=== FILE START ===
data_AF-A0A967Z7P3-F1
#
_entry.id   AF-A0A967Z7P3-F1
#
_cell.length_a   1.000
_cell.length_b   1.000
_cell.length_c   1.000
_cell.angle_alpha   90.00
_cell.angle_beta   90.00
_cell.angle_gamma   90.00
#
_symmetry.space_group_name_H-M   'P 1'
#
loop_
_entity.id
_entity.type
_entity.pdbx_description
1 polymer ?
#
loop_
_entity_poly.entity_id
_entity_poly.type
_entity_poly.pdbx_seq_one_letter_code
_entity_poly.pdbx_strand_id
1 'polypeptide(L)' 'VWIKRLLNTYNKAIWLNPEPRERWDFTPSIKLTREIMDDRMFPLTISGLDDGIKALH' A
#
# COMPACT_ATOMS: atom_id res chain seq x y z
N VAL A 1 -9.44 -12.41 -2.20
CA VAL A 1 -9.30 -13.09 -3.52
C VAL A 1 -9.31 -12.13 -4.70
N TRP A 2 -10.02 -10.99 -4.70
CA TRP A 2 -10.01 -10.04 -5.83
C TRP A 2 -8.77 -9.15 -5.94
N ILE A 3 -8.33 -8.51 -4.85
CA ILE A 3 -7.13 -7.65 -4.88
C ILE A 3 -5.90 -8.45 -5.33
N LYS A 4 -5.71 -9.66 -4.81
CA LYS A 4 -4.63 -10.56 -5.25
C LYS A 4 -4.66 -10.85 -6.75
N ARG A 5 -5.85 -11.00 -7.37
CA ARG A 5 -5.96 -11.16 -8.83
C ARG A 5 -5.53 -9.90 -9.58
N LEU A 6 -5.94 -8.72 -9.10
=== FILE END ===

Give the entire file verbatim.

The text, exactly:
data_AF-A0A967Z7P3-F1
#
_entry.id   AF-A0A967Z7P3-F1
#
_cell.length_a   1.000
_cell.length_b   1.000
_cell.length_c   1.000
_cell.angle_alpha   90.00
_cell.angle_beta   90.00
_cell.angle_gamma   90.00
#
_symmetry.space_group_name_H-M   'P 1'
#
loop_
_entity.id
_entity.type
_entity.pdbx_description
1 polymer ?
#
loop_
_entity_poly.entity_id
_entity_poly.type
_entity_poly.pdbx_seq_one_letter_code
_entity_poly.pdbx_strand_id
1 'polypeptide(L)' 'VWIKRLLNTYNKAIWLNPEPRERWDFTPSIKLTREIMDDRMFPLTISGLDDGIKALH' A
#
# COMPACT_ATOMS: atom_id res chain seq x y z
N VAL A 1 -9.44 -12.41 -2.20
CA VAL A 1 -9.30 -13.09 -3.52
C VAL A 1 -9.31 -12.13 -4.70
N TRP A 2 -10.02 -10.99 -4.70
CA TRP A 2 -10.01 -10.04 -5.83
C TRP A 2 -8.77 -9.15 -5.94
N ILE A 3 -8.33 -8.51 -4.85
CA ILE A 3 -7.13 -7.65 -4.88
C ILE A 3 -5.90 -8.45 -5.33
N LYS A 4 -5.71 -9.66 -4.81
CA LYS A 4 -4.63 -10.56 -5.25
C LYS A 4 -4.66 -10.85 -6.75
N ARG A 5 -5.85 -11.00 -7.37
CA ARG A 5 -5.96 -11.16 -8.83
C ARG A 5 -5.53 -9.90 -9.58
N LEU A 6 -5.94 -8.72 -9.10